1851 also saw the death of Corot's mother, just four years after the death of his father. The painter had been supported by his parents well into his forties, and with his mother's death he finally moved out of the family home, taking a new apartment and studio in Paris. His sense of freedom and mobility renewed, he began to travel extensively through France, Belgium, Holland, and Switzerland, widening his social circle to take in more artists and critics, such as the Barbizon painter Charles-François Daubigny. From the early 1950s onwards Corot also began taking on students, albeit on a fairly informal basis. His pupils, including the Impressionist Camille Pissarro, praised him as a generous and talented teacher; Daubigny, having passed a summer in Corot's lodgings, described him in a letter to a friend as "a perfect Old Man Joy". Seen by all as cheerful and warmhearted, Corot was surrounded by a supportive group of critics and artists. The writer Théophile Silvestre, however, would confess his concerns about the depth of Corot's contentment in an 1853 monograph, writing that "Corot sometimes exaggerates even to himself the cheerfulness of his character, while I see the melancholy so often present in his work and the expression of sadness that occasionally takes possession of his features."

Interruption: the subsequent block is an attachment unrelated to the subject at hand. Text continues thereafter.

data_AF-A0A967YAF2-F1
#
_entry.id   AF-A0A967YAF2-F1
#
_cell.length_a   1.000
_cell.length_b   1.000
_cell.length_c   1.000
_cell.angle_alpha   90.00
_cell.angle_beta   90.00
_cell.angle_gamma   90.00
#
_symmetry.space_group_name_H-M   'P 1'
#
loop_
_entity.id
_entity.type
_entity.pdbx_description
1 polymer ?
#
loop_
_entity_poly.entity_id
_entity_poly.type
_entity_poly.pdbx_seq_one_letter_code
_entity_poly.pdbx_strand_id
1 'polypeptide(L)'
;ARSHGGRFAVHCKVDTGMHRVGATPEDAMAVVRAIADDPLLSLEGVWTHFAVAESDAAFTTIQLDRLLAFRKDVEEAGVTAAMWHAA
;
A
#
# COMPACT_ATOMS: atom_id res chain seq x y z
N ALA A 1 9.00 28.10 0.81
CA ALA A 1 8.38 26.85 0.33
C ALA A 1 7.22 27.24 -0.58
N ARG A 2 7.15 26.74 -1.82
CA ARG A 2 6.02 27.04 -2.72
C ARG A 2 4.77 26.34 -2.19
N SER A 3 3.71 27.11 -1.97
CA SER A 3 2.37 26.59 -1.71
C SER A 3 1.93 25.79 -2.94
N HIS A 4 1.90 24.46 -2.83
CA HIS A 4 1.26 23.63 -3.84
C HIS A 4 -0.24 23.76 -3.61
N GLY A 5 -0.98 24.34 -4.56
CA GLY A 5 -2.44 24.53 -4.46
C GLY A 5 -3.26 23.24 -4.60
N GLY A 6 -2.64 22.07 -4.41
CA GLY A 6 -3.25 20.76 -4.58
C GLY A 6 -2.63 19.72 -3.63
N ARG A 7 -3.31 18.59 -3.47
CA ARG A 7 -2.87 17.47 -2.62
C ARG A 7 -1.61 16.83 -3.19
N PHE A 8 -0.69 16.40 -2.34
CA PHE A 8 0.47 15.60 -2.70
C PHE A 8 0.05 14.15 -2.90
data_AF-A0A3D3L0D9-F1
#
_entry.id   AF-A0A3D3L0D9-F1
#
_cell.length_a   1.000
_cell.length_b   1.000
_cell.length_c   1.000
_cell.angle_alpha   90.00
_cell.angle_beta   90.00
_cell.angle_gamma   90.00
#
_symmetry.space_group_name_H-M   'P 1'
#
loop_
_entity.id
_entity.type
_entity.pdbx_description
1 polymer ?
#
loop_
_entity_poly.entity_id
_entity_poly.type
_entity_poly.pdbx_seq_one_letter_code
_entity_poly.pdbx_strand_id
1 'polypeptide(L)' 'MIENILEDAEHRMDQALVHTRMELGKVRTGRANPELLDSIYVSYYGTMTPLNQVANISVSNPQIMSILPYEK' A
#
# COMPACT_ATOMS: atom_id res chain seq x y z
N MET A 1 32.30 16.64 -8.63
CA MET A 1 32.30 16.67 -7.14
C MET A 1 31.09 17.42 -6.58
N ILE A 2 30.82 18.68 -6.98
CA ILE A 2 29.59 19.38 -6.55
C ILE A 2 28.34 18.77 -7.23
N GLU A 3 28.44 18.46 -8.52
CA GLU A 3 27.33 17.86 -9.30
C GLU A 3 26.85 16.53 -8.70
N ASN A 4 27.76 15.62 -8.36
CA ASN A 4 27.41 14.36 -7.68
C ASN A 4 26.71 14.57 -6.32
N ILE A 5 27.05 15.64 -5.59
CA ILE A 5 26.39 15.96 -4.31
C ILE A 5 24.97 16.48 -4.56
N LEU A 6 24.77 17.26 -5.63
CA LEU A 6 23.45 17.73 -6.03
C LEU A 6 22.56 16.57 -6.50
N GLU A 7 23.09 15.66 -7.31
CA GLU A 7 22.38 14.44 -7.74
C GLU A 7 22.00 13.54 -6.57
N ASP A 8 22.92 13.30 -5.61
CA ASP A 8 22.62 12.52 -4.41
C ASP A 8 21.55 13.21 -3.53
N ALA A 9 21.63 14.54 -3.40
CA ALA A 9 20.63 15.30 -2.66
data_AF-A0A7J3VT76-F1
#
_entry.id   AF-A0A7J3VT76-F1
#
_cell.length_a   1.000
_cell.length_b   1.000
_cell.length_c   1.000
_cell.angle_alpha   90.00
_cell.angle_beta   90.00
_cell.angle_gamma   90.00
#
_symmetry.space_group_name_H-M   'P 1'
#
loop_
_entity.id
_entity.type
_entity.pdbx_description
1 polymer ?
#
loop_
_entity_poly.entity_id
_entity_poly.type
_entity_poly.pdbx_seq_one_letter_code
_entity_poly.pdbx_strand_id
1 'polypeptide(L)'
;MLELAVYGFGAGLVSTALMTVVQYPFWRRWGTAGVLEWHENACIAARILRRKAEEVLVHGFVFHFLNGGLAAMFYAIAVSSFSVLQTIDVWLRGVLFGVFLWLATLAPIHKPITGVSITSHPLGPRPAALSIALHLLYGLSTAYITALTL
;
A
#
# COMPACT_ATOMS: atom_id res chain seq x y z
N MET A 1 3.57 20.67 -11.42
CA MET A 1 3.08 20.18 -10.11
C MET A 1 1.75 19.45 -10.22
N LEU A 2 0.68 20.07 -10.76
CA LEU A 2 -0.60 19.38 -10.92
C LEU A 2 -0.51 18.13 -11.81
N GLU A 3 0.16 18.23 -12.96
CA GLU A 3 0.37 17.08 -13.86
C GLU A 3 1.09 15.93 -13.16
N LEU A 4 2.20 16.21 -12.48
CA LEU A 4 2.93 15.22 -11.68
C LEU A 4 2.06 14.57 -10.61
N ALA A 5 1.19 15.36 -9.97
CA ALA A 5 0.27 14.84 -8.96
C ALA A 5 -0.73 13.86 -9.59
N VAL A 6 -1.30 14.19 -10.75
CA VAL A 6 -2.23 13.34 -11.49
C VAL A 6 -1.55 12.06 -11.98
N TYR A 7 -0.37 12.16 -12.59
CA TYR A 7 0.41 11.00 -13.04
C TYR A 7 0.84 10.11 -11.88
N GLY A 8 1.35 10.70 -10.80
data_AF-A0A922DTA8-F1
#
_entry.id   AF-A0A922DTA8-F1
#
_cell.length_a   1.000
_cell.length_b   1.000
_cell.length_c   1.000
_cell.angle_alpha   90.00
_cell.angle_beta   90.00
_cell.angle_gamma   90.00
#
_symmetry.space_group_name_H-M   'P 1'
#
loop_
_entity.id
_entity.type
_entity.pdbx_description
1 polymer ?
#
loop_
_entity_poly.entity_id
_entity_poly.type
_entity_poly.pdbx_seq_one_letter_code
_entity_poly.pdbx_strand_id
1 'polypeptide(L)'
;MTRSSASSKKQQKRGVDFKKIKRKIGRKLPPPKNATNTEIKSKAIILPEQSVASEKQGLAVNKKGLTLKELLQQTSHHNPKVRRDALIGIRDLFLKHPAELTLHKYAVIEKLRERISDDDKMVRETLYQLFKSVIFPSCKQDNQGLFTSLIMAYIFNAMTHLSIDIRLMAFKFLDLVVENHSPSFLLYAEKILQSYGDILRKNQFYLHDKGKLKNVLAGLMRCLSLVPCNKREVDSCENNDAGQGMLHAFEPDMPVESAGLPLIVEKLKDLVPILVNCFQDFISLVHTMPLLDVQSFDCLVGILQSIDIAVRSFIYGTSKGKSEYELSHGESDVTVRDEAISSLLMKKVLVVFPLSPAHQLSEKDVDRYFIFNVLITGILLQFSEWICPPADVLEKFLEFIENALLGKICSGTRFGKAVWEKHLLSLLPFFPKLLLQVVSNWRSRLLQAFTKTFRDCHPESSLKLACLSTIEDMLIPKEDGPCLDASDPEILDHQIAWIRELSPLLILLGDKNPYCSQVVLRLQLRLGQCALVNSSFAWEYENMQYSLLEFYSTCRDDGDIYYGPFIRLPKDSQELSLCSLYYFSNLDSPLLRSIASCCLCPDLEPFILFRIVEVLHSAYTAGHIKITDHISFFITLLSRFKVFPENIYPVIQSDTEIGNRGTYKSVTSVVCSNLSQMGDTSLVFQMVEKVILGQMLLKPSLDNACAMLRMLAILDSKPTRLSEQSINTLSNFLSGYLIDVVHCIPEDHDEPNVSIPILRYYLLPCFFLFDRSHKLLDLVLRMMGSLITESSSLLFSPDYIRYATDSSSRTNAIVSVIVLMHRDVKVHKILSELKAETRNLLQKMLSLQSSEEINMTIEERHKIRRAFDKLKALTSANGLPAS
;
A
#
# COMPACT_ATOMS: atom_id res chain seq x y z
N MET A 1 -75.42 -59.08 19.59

The last 15 years of Corot's life were his most critically and commercially successful. Turning his attention to literary motifs, he produced a number of large-scale figural compositions, such as Macbeth (1858-59) and Dante and Virgil (1859), earning him the reputation of a 'poet', his paintings described as "reveries" and "musings on nature." This phase in Corot's work was described by critics as demonstrating his extreme sensitivity to nature, with one going so far as to write: "[t]his is not a landscape painter, this is the very poet of landscape [...] who breathes the sadnesses and joys of nature." Some works, such as Souvenir of Mortefontaine (1864), are inventions from the studio rather than studies from life, though he also continued to paint en plein air. Corot's work of the 1860s also represents a considerable movement away from color, as he increasingly simplified his palette, painting at times in a near monochrome: perhaps indicating his newfound interest in photography and cliché-verres (drawings rendered on photographic plates). The public took notice of this shift, with a Parisian drapery even marketing one of their fabrics as "Corot gray."